Non Dom taxation (UK)

It appears that huge numbers of rich people want to live in the UK, but not pay full taxes here. I would be happy to reduce the amount they pay, by deducting whatever they pay in another country (their domicile). It now appears that our daft tax system allows them to reduce their UK liabilities even more by claiming overseas capital losses, on which they avoid income tax against UK Capital Gains Tax.
Is this right? I am sure its immoral


Under what is known as the remittance basis of taxation, those not domiciled here do not pay tax on income and gains arising overseas unless they bring the monies into the UK. However, they must make a specific claim each year if they want to get UK tax relief for capital losses on overseas assets.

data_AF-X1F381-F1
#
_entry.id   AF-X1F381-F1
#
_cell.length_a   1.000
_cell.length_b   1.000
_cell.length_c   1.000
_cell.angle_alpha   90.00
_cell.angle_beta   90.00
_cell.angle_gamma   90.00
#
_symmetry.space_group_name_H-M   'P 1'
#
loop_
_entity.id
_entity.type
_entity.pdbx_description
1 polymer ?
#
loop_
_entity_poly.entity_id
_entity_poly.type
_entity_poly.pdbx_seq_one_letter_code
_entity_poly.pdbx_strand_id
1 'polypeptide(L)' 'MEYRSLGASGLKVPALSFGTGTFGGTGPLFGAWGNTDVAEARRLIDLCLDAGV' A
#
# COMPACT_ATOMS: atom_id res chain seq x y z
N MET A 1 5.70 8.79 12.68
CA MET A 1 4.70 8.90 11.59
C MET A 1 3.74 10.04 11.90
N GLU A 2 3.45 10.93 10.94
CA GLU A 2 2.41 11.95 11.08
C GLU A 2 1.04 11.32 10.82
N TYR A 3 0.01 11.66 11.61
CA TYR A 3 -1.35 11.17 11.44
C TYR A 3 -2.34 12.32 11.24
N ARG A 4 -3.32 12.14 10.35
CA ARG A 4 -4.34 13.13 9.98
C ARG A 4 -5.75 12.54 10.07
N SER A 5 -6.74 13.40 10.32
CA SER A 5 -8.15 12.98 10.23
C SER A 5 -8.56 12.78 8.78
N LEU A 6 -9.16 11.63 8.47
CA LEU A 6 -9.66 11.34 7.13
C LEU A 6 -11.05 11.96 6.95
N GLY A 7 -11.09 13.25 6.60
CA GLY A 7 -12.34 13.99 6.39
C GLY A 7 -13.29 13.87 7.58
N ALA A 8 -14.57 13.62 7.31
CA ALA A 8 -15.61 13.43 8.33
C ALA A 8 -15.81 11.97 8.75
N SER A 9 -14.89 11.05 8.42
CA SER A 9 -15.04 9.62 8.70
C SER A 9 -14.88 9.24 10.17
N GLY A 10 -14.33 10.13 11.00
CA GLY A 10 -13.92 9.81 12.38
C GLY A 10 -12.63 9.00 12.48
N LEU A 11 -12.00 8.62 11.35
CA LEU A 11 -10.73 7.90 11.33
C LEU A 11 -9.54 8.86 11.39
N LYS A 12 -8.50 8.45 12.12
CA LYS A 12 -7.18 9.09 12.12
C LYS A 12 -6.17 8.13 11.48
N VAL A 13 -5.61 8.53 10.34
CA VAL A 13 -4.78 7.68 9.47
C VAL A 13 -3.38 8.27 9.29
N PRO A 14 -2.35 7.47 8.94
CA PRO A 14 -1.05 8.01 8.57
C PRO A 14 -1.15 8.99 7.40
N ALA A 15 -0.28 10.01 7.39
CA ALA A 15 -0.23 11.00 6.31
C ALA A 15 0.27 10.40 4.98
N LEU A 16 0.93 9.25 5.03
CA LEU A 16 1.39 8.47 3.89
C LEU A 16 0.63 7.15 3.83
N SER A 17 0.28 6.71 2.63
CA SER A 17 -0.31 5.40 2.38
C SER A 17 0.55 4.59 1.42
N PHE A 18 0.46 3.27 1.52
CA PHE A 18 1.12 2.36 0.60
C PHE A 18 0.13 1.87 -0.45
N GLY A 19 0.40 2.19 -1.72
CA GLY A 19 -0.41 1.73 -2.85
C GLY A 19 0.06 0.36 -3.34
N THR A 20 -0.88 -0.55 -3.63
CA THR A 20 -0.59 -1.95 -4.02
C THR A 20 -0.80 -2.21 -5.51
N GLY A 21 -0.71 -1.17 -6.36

If overseas capital losses were made in the 2008-9 tax year, these can be set against capital gains overseas and in the UK. Choosing to do this will not always be advantageous, as it first sets all losses against overseas gains, even if they are not remitted to the UK. This can mean that UK gains, which would otherwise be covered by UK losses, are left within the charge to capital gains tax, so it is essential that non-doms seek professional advice before taking this course of action.
Asked Mar 20, 2010

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